> definition of the term "Gnosticism" to be quite concice. It is true
            > that there are a lot of definitions floating around out there, but
            > few of them have much to do with academic usages.... this club uses
            a
            > slightly softened version of the Messina colloquium's springboard.
            >
            > Gnosticism being one of a number of late antiquities groups who's
            > cosmogeny (emanationist/biblical demiurgy), anthropogeny (with the
            > entrapment of the spirit), and soteriology (internal recognition of
            > the connection to the "Bythos" or apophatic source) are related, as
            > well as thier cultural/philosophical backdrop (neoplatonism in the
            > semitic or biblical syncratic venue)
            >
            > In this club then, when we say "Gnosticism" we are talking about a
            > number of historical sects from the late antiquities, but we do
            > extend that also (for the sake of the club's purpose) to the modern
            > Neognostics who feel themselves drawn by these
            traditional "Gnostics".
            >
            > I would point out that it is generally scholastic concensus that
            the
            > Cathars are not Gnostic because thier soteriology is divergent
            (which
            > is the same reason many academicians also now exclude Manichaeans
            and
            > Marcionism, etc..). I know there are modern writers who repeat the
            > equation still with the Cathars (such as T. Churton recently in his
            > companion to the BPS series on Gnosticism, and the medievalist that
            > magusadeptus recently mentioned, William Eamon, niether of which
            are
            > specialists in the field), but most of them are simply not up to
            date
            > on the critical evaluation of the movement.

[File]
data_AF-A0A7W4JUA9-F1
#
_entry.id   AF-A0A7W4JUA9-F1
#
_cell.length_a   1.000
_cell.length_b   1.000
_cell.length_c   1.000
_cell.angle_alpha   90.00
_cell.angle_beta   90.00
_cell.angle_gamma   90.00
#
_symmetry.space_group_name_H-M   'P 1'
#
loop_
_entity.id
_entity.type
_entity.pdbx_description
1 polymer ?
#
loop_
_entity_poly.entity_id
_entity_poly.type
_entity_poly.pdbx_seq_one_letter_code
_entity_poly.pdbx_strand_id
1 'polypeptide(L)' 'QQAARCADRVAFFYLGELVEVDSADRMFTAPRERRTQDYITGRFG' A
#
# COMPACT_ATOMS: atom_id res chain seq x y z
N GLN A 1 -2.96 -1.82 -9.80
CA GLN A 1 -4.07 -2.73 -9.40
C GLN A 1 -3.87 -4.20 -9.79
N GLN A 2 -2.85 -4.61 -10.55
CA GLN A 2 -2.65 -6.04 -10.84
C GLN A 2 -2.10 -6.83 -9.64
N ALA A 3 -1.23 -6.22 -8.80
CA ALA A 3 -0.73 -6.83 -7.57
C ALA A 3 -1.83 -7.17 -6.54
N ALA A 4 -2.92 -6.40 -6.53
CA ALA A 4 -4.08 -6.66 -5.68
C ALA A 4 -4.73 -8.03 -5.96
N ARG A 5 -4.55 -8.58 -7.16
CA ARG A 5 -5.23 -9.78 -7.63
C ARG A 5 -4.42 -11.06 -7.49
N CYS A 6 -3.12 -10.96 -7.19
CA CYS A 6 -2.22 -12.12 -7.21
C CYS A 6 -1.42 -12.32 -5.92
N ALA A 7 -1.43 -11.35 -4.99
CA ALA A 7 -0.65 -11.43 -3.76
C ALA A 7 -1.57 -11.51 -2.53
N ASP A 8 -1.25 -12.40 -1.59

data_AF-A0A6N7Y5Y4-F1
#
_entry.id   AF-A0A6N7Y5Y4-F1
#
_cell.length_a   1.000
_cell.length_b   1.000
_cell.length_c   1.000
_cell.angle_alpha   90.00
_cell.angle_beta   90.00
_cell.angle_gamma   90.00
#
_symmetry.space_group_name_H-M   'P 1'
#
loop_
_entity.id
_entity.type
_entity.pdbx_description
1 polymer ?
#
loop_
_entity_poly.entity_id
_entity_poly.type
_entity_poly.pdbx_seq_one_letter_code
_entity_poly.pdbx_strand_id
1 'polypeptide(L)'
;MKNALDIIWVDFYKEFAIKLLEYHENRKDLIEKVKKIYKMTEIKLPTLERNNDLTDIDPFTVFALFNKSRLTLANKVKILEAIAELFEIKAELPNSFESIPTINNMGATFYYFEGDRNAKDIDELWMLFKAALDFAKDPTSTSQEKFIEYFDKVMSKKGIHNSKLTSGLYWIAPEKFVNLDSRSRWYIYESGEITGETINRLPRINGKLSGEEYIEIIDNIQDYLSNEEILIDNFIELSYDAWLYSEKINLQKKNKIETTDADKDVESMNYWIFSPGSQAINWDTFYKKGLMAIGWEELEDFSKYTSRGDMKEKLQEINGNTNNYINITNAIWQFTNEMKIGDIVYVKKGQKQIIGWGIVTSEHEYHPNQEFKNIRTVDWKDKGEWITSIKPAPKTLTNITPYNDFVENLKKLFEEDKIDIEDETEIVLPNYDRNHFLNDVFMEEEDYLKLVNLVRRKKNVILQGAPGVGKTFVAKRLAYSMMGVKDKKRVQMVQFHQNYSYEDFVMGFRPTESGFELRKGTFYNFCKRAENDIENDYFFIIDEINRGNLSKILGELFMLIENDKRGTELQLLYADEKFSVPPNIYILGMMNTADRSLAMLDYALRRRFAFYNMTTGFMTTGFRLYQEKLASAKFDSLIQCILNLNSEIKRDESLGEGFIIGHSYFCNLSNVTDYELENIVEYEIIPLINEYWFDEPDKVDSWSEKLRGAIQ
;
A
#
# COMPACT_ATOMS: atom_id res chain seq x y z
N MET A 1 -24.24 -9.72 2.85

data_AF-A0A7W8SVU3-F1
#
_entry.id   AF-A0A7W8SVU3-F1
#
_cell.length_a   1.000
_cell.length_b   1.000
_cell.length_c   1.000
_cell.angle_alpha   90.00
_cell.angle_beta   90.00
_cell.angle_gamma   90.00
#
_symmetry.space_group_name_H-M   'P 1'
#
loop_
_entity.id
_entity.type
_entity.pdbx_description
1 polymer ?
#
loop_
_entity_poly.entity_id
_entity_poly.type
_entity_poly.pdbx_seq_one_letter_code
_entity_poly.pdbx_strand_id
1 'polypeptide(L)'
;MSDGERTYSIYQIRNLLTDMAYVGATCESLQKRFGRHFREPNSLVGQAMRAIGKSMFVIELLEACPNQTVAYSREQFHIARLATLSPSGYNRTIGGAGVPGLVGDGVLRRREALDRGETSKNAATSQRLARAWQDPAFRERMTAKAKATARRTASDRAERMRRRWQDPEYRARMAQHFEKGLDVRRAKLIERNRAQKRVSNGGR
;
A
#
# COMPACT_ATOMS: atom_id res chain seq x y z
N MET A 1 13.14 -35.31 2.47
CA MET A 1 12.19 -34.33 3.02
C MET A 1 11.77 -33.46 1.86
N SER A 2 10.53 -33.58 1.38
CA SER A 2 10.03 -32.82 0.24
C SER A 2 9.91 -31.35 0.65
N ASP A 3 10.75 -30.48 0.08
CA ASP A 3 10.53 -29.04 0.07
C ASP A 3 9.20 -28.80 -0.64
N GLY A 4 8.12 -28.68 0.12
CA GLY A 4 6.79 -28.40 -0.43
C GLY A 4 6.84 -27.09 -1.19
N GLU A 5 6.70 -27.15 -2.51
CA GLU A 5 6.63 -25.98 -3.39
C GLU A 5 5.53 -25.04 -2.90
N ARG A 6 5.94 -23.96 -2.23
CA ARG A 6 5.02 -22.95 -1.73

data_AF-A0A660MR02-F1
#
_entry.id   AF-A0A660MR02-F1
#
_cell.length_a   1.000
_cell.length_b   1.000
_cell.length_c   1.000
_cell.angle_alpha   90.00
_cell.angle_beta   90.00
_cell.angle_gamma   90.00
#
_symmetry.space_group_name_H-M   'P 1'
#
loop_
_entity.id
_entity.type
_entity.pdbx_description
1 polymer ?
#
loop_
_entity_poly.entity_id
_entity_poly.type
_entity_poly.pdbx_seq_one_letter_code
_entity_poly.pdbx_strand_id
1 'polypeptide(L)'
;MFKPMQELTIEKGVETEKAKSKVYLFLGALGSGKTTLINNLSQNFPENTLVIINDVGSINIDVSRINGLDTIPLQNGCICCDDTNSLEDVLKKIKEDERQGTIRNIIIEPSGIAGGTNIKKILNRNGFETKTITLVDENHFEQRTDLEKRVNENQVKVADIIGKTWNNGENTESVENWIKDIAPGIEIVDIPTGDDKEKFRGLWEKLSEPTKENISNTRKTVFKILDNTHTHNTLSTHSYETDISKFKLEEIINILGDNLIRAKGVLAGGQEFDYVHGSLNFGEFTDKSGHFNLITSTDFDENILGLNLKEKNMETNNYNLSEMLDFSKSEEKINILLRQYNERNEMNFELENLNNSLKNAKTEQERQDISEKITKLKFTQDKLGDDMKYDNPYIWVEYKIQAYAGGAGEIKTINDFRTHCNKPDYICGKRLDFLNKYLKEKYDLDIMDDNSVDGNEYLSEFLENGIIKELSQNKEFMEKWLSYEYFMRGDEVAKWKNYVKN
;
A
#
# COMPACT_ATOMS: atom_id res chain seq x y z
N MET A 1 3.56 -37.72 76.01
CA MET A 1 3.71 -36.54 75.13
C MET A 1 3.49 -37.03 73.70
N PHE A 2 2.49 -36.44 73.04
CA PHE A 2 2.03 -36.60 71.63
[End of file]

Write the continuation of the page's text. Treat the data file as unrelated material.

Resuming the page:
>
            > PMCV
            >
            > --- In gnosticism2@yahoogroups.com, Mangum Murdock
            > <mangummurdock@y...> wrote:
            > > Hi all,
            > > It appears that we have a slightly different opinion on the
            > definition of Gnosticism probably based on the multitude of
            > historians/writers who define these various religious sects. I am a
            > science oriented person so in order to gain information from you
            > folks I need to know the most simplist definition of Gnosticism you
            > have. The following is mine subject to change....
            > >
            > > "the personal revelation that leads the soul to perfection
            through
            > the knowledge of God"
            > >
            > > Mangum
            > >
            > >
            > > ---------------------------------
            > > Do you Yahoo!?
            > > The New Yahoo! Shopping - with improved product search
            >
            >
            > Yahoo! Groups SponsorADVERTISEMENT
            >
            > To unsubscribe from this group, send an email to:
            > gnosticism2-unsubscribe@yahoogroups.com
            >
            >
            >